Sci-Fi Horrorfest – The Wasp Woman (1959)

2018 Sci-Fi Horrorfest: The Wasp Woman (1959)
Cast:        Susan Cabot as Janice Starlin
Anthony Eisley as Bill Lane
Barboura Morris as Mary Dennison
William Roerick as Arthur Cooper
Michael Mark as Eric Zinthrop

Screenplay by Leo Gordon
Story by Kinta Zertuche
Directed by Roger Corman (with uncredited sequences by Jack Hill & Monte Hellman)

Plot: Scientist Eric Zinthrop has found the fountain of youth in jelly taken from queen wasps. Enter cosmetics powerhouse Janice Starlin who needs to look younger so she can continue to be the face of her company before sales continue to drop. When she overdoses on the drug, the youth drug becomes the sting of death as she transforms in a wasp creature.


Richard’s Review: This is definitely not one of Roger Corman’s better films. It suffers from cheap interior sets and a very lackluster script. With other films like these, flaws can be overlooked by the fun of the monster or a good cast. However, the cast doesn’t shine and the creature is rarely seen. When it does appear, the poor lighting makes it barely visible. With extra footage to flesh out an already poor script, there isn’t too much to say on this one. It’s not horrible, just forgettable, which is really a bigger kiss of death for any film.

Karla’s Thoughts: I didn’t care for this one at all. It was poorly made with bad special effects and a ridiculous script with a silly concept. The ending was also way too abrupt. I wouldn’t watch this one again.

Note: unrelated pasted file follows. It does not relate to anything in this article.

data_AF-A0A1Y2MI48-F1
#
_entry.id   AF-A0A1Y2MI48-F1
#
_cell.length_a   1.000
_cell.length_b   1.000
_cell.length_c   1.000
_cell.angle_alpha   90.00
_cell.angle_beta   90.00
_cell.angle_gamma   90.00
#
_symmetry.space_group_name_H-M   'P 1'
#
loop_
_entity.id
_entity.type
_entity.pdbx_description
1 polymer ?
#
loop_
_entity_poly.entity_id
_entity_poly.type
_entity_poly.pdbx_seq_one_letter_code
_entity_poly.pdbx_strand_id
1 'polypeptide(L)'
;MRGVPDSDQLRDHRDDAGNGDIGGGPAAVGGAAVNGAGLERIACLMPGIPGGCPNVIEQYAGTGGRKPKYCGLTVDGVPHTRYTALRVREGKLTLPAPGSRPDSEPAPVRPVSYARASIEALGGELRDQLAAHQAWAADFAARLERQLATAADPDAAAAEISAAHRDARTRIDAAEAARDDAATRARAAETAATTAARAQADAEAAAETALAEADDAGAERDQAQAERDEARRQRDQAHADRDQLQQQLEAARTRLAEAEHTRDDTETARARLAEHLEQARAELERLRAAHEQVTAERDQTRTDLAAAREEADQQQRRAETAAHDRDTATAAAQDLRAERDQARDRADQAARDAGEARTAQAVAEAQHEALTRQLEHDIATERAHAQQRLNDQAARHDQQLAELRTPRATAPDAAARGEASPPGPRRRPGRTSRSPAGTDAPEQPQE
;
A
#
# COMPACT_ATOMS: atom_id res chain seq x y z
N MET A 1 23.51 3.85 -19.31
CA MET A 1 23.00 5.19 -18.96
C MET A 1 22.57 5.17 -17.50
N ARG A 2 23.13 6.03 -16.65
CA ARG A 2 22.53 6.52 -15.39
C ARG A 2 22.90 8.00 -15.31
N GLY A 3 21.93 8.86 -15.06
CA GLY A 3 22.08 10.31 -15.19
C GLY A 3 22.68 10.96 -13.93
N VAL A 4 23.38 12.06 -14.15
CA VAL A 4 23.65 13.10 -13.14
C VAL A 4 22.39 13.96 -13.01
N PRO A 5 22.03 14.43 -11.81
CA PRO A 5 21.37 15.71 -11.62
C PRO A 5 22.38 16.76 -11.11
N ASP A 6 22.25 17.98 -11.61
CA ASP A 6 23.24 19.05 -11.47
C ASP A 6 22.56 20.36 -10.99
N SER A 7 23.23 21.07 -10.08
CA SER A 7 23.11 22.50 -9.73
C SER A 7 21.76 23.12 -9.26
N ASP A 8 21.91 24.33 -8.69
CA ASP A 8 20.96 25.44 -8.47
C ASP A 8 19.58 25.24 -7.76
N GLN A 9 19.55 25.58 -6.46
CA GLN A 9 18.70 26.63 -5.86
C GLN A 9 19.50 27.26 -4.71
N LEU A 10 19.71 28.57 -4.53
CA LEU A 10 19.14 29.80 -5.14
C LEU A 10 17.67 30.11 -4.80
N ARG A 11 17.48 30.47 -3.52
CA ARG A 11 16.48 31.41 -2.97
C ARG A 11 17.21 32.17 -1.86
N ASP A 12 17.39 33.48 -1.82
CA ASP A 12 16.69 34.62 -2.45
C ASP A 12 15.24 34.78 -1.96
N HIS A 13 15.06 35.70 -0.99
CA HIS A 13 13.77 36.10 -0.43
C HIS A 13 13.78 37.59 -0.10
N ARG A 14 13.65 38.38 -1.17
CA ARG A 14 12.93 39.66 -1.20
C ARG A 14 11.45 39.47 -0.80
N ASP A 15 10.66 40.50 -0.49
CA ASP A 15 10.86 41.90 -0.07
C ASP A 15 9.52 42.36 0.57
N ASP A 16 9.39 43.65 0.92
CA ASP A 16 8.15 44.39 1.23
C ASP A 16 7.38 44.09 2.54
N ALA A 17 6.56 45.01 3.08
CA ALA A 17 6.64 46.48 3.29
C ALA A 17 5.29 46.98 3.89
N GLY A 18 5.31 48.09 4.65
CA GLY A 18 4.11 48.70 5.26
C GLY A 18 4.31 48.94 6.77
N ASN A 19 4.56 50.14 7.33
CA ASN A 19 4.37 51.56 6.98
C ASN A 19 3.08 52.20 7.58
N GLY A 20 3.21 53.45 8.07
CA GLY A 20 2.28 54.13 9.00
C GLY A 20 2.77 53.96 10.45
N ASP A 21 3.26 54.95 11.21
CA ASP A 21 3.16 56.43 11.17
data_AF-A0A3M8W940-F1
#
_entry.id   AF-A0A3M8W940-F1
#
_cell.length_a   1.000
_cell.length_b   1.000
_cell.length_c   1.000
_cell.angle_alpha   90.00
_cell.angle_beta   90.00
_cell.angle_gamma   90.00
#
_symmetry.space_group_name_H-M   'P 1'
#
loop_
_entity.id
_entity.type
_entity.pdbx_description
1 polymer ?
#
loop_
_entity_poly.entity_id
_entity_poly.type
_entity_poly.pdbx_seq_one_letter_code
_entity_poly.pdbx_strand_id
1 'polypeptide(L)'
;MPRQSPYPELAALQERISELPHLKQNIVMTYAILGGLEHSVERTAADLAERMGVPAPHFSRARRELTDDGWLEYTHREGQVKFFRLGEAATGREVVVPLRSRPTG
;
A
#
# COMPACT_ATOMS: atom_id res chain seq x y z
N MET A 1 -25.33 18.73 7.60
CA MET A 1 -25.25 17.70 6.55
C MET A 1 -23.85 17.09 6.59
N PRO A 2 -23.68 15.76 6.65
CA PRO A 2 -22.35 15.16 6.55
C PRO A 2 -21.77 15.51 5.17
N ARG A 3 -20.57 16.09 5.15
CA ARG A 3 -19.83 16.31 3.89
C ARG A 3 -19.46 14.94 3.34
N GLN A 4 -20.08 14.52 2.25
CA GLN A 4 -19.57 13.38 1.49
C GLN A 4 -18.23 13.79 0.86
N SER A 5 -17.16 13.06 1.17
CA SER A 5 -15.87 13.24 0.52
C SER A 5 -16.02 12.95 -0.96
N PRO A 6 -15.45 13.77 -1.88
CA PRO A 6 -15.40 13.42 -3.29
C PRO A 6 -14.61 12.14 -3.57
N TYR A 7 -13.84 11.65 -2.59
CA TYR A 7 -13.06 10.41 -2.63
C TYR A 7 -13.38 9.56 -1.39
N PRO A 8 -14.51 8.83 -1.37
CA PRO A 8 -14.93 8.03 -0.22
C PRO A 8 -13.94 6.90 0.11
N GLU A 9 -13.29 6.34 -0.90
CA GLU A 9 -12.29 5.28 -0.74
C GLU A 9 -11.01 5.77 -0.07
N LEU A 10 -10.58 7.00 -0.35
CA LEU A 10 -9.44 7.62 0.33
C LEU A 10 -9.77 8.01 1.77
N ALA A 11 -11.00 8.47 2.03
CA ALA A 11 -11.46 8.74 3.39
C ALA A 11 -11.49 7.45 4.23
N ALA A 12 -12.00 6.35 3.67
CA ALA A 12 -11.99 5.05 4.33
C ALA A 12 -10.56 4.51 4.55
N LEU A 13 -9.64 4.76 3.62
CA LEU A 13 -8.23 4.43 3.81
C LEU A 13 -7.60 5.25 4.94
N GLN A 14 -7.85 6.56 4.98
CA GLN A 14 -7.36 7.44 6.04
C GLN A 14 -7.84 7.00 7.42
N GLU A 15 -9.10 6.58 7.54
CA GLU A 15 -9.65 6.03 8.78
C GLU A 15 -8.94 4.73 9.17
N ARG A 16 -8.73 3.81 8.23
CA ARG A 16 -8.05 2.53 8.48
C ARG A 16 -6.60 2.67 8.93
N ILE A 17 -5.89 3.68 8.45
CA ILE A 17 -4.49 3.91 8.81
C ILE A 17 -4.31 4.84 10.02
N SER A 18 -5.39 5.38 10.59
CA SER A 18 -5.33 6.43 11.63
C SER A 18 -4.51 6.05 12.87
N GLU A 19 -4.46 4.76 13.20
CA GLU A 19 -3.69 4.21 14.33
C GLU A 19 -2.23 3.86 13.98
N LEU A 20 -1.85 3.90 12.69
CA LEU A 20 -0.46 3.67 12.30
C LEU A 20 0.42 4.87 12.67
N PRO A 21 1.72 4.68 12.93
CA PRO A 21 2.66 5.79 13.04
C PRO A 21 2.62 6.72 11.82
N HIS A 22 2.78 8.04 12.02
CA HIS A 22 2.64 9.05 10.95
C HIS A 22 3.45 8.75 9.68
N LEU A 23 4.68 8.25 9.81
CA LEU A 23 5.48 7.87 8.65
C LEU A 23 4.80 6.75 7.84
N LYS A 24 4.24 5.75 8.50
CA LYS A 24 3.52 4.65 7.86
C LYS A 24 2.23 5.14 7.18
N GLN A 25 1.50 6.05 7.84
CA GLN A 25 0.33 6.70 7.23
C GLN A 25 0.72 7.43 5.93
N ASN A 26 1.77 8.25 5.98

• Susan Cabot had a well-publicized affair with King Hussein of Jordan in 1959. Despite the affair ending and King Hussein marrying another woman in 1961, Susan Cabot had a son in 1964, Timothy, who is believed to be the king’s son. Timothy suffered from dwarfism and was put on a controversial medicine to help him grow. Susan left acting in films after The Wasp Woman to concentrate on stage work and musicals. She suffered from hereditary mental illness in later years, which rapidly declined in the final months of her life. Timothy remained at home on the medicine for his dwarfism and pituitary gland problems despite a growing hostility between mother and son. Susan was also taking his drugs, which enhanced her mental imbalance. On December 10, 1986, after his mother went into a psychotic rage and allegedly attacked him, Timothy would bludgeon her to death with a weightlifting bar. He would claim the medication he was on affected his mental stability, in addition to years of mental and physical abuse at the hands of his mother. At the resulting trial, the judge gave him a suspended sentence and probation. He died in 2003 at the age of 38.
  • The movie was originally 63 minutes long, which was considered too short for syndication on television. So Roger Corman hired Monte Hellman to shoot additional footage to stretch out the length to 73 minutes.
  • One of the extra sequences filmed for television occurs when two men search the streets for the missing Dr. Zinthrop (Michael Mark).
  • Character actor Michael Mark is better known for his roles in several Universal Horror classics, including Son of Frankenstein (1939).

Availability: The Wasp Woman is in the public domain and can be found for free everywhere. However, it is on Blu-ray paired with Beast from the Haunted Cave if you want to add it to your collection.


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